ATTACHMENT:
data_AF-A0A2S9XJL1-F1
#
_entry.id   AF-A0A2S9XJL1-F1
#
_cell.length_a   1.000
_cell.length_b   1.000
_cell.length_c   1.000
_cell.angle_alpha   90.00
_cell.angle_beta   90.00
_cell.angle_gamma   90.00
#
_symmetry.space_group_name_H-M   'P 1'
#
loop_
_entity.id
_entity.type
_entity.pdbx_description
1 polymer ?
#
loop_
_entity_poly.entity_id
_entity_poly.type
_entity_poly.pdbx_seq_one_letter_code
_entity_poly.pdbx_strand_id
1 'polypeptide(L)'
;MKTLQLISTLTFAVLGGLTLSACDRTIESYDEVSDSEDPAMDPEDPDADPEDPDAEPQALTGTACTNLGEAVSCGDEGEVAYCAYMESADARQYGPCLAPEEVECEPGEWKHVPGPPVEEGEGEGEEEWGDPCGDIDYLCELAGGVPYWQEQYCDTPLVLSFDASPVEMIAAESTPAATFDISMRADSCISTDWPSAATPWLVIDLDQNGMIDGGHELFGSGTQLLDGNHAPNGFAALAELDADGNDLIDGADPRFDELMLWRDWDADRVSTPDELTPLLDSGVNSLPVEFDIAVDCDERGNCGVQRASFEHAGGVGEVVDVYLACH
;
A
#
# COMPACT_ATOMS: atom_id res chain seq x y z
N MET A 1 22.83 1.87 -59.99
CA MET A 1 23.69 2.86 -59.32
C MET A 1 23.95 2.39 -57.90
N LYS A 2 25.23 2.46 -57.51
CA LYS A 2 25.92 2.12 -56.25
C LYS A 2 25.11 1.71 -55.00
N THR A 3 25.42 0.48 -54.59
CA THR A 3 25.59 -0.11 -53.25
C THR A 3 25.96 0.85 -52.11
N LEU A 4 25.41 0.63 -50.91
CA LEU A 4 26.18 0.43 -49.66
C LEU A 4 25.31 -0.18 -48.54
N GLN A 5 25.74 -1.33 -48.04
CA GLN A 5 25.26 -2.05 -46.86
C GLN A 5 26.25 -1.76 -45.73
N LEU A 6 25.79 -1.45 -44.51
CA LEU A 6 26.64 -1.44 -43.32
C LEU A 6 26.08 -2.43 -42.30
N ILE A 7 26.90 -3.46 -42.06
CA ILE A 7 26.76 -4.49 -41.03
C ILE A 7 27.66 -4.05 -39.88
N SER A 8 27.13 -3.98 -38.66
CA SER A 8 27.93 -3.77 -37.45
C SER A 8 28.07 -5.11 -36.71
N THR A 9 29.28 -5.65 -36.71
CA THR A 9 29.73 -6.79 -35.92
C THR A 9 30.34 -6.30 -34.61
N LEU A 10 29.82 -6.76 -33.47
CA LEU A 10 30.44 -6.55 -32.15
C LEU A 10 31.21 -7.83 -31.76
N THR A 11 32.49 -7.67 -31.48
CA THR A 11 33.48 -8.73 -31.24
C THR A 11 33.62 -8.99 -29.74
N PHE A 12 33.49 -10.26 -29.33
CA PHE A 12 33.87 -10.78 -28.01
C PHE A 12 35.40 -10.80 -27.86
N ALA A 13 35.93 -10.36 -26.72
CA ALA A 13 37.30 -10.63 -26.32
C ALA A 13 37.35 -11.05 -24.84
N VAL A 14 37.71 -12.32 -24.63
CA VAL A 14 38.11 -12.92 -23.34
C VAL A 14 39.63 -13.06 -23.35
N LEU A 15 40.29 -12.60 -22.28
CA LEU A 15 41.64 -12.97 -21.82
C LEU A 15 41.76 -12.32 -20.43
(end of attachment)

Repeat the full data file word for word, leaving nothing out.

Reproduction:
data_AF-A0A2S9XJL1-F1
#
_entry.id   AF-A0A2S9XJL1-F1
#
_cell.length_a   1.000
_cell.length_b   1.000
_cell.length_c   1.000
_cell.angle_alpha   90.00
_cell.angle_beta   90.00
_cell.angle_gamma   90.00
#
_symmetry.space_group_name_H-M   'P 1'
#
loop_
_entity.id
_entity.type
_entity.pdbx_description
1 polymer ?
#
loop_
_entity_poly.entity_id
_entity_poly.type
_entity_poly.pdbx_seq_one_letter_code
_entity_poly.pdbx_strand_id
1 'polypeptide(L)'
;MKTLQLISTLTFAVLGGLTLSACDRTIESYDEVSDSEDPAMDPEDPDADPEDPDAEPQALTGTACTNLGEAVSCGDEGEVAYCAYMESADARQYGPCLAPEEVECEPGEWKHVPGPPVEEGEGEGEEEWGDPCGDIDYLCELAGGVPYWQEQYCDTPLVLSFDASPVEMIAAESTPAATFDISMRADSCISTDWPSAATPWLVIDLDQNGMIDGGHELFGSGTQLLDGNHAPNGFAALAELDADGNDLIDGADPRFDELMLWRDWDADRVSTPDELTPLLDSGVNSLPVEFDIAVDCDERGNCGVQRASFEHAGGVGEVVDVYLACH
;
A
#
# COMPACT_ATOMS: atom_id res chain seq x y z
N MET A 1 22.83 1.87 -59.99
CA MET A 1 23.69 2.86 -59.32
C MET A 1 23.95 2.39 -57.90
N LYS A 2 25.23 2.46 -57.51
CA LYS A 2 25.92 2.12 -56.25
C LYS A 2 25.11 1.71 -55.00
N THR A 3 25.42 0.48 -54.59
CA THR A 3 25.59 -0.11 -53.25
C THR A 3 25.96 0.85 -52.11
N LEU A 4 25.41 0.63 -50.91
CA LEU A 4 26.18 0.43 -49.66
C LEU A 4 25.31 -0.18 -48.54
N GLN A 5 25.74 -1.33 -48.04
CA GLN A 5 25.26 -2.05 -46.86
C GLN A 5 26.25 -1.76 -45.73
N LEU A 6 25.79 -1.45 -44.51
CA LEU A 6 26.64 -1.44 -43.32
C LEU A 6 26.08 -2.43 -42.30
N ILE A 7 26.90 -3.46 -42.06
CA ILE A 7 26.76 -4.49 -41.03
C ILE A 7 27.66 -4.05 -39.88
N SER A 8 27.13 -3.98 -38.66
CA SER A 8 27.93 -3.77 -37.45
C SER A 8 28.07 -5.11 -36.71
N THR A 9 29.28 -5.65 -36.71
CA THR A 9 29.73 -6.79 -35.92
C THR A 9 30.34 -6.30 -34.61
N LEU A 10 29.82 -6.76 -33.47
CA LEU A 10 30.44 -6.55 -32.15
C LEU A 10 31.21 -7.83 -31.76
N THR A 11 32.49 -7.67 -31.48
CA THR A 11 33.48 -8.73 -31.24
C THR A 11 33.62 -8.99 -29.74
N PHE A 12 33.49 -10.26 -29.33
CA PHE A 12 33.87 -10.78 -28.01
C PHE A 12 35.40 -10.80 -27.86
N ALA A 13 35.93 -10.36 -26.72
CA ALA A 13 37.30 -10.63 -26.32
C ALA A 13 37.35 -11.05 -24.84
N VAL A 14 37.71 -12.32 -24.63
CA VAL A 14 38.11 -12.92 -23.34
C VAL A 14 39.63 -13.06 -23.35
N LEU A 15 40.29 -12.60 -22.28
CA LEU A 15 41.64 -12.97 -21.82
C LEU A 15 41.76 -12.32 -20.43